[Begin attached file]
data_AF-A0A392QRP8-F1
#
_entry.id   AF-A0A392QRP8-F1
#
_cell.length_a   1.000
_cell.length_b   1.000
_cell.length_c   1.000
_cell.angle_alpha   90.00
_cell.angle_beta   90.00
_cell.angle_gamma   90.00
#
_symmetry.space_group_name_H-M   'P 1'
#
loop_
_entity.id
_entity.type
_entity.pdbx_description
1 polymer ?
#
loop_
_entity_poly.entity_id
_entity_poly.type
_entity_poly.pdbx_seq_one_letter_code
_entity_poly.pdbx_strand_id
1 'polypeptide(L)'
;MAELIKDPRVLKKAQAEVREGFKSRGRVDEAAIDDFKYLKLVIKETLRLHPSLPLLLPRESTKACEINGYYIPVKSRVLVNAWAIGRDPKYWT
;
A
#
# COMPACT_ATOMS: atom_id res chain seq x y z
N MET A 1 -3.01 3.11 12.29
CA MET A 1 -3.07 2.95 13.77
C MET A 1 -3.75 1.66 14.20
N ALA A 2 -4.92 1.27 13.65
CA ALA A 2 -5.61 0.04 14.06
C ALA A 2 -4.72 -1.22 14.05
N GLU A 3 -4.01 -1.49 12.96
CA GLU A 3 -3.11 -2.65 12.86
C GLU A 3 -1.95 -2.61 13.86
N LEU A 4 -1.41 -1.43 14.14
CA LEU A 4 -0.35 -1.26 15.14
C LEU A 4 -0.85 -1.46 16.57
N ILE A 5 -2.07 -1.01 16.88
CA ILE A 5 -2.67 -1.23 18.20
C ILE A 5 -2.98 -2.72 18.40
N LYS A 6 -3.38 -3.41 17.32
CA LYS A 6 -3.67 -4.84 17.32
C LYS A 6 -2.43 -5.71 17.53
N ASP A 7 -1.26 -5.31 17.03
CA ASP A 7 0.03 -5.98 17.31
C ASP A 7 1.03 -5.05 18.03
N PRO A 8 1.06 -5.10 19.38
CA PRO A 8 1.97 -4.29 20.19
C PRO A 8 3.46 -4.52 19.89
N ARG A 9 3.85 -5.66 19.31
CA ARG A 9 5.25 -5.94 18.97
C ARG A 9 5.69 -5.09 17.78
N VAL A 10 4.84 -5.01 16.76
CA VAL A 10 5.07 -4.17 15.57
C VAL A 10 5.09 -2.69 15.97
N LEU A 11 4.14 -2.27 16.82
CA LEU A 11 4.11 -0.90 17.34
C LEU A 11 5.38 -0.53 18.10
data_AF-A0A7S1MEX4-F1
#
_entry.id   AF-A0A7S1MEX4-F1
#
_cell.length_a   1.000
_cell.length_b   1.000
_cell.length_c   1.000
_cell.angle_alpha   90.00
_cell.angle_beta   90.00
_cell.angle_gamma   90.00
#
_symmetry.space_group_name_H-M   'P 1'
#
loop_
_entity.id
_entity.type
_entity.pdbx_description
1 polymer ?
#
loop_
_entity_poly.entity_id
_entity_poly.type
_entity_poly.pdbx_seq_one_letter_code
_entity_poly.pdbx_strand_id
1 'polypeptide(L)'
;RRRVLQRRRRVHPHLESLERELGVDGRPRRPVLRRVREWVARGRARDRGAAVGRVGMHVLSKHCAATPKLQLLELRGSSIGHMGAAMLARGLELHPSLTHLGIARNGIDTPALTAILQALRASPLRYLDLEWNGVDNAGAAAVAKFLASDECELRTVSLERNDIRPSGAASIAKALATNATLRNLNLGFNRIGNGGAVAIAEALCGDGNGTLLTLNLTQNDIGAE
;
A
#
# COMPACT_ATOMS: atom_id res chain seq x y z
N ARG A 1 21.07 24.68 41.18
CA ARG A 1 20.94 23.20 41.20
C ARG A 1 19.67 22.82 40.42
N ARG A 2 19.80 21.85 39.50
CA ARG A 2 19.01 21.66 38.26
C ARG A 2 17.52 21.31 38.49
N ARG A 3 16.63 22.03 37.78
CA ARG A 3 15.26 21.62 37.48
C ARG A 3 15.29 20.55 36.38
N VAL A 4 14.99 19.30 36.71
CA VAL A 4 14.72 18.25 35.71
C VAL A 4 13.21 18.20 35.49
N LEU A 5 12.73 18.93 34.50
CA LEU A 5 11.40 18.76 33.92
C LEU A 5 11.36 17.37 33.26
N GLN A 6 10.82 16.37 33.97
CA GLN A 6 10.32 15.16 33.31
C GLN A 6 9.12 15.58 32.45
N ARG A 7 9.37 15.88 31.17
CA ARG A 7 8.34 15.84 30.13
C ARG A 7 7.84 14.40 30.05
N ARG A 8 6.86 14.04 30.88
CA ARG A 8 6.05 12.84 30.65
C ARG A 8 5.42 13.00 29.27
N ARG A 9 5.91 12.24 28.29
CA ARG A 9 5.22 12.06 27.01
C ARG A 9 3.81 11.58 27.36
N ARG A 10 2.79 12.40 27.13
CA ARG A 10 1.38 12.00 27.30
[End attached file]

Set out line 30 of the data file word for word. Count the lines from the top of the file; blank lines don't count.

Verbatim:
# COMPACT_ATOMS: atom_id res chain seq x y z